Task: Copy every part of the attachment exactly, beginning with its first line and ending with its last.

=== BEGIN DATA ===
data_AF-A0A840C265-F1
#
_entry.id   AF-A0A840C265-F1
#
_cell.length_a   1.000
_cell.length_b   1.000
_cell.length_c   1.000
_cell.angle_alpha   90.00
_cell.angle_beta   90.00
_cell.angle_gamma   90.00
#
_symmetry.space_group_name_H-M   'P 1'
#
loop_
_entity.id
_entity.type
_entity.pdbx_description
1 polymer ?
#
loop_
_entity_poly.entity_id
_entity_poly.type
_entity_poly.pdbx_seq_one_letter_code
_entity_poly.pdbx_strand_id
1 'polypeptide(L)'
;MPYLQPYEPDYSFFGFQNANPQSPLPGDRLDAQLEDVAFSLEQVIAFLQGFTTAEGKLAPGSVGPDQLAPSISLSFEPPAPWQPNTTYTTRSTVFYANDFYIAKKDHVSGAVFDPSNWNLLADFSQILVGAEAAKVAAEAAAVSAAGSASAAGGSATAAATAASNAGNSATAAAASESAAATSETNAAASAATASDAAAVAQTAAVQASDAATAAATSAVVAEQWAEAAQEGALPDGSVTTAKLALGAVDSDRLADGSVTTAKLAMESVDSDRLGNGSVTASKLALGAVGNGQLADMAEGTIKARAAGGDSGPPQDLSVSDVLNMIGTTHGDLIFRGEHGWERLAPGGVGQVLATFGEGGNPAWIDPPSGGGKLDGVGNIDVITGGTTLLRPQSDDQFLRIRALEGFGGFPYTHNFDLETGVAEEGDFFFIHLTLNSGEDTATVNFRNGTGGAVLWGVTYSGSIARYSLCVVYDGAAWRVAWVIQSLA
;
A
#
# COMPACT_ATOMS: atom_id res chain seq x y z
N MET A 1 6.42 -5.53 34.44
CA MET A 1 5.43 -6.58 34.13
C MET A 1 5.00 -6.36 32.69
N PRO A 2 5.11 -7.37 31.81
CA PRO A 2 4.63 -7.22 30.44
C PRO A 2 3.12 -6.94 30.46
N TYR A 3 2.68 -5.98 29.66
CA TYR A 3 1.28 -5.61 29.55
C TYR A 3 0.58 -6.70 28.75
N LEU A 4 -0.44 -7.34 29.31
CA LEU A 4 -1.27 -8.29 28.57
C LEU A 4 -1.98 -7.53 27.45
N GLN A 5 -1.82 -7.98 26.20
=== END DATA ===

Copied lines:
data_AF-A0A840C265-F1
#
_entry.id   AF-A0A840C265-F1
#
_cell.length_a   1.000
_cell.length_b   1.000
_cell.length_c   1.000
_cell.angle_alpha   90.00
_cell.angle_beta   90.00
_cell.angle_gamma   90.00
#
_symmetry.space_group_name_H-M   'P 1'
#
loop_
_entity.id
_entity.type
_entity.pdbx_description
1 polymer ?
#
loop_
_entity_poly.entity_id
_entity_poly.type
_entity_poly.pdbx_seq_one_letter_code
_entity_poly.pdbx_strand_id
1 'polypeptide(L)'
;MPYLQPYEPDYSFFGFQNANPQSPLPGDRLDAQLEDVAFSLEQVIAFLQGFTTAEGKLAPGSVGPDQLAPSISLSFEPPAPWQPNTTYTTRSTVFYANDFYIAKKDHVSGAVFDPSNWNLLADFSQILVGAEAAKVAAEAAAVSAAGSASAAGGSATAAATAASNAGNSATAAAASESAAATSETNAAASAATASDAAAVAQTAAVQASDAATAAATSAVVAEQWAEAAQEGALPDGSVTTAKLALGAVDSDRLADGSVTTAKLAMESVDSDRLGNGSVTASKLALGAVGNGQLADMAEGTIKARAAGGDSGPPQDLSVSDVLNMIGTTHGDLIFRGEHGWERLAPGGVGQVLATFGEGGNPAWIDPPSGGGKLDGVGNIDVITGGTTLLRPQSDDQFLRIRALEGFGGFPYTHNFDLETGVAEEGDFFFIHLTLNSGEDTATVNFRNGTGGAVLWGVTYSGSIARYSLCVVYDGAAWRVAWVIQSLA
;
A
#
# COMPACT_ATOMS: atom_id res chain seq x y z
N MET A 1 6.42 -5.53 34.44
CA MET A 1 5.43 -6.58 34.13
C MET A 1 5.00 -6.36 32.69
N PRO A 2 5.11 -7.37 31.81
CA PRO A 2 4.63 -7.22 30.44
C PRO A 2 3.12 -6.94 30.46
N TYR A 3 2.68 -5.98 29.66
CA TYR A 3 1.28 -5.61 29.55
C TYR A 3 0.58 -6.70 28.75
N LEU A 4 -0.44 -7.34 29.31
CA LEU A 4 -1.27 -8.29 28.57
C LEU A 4 -1.98 -7.53 27.45
N GLN A 5 -1.82 -7.98 26.20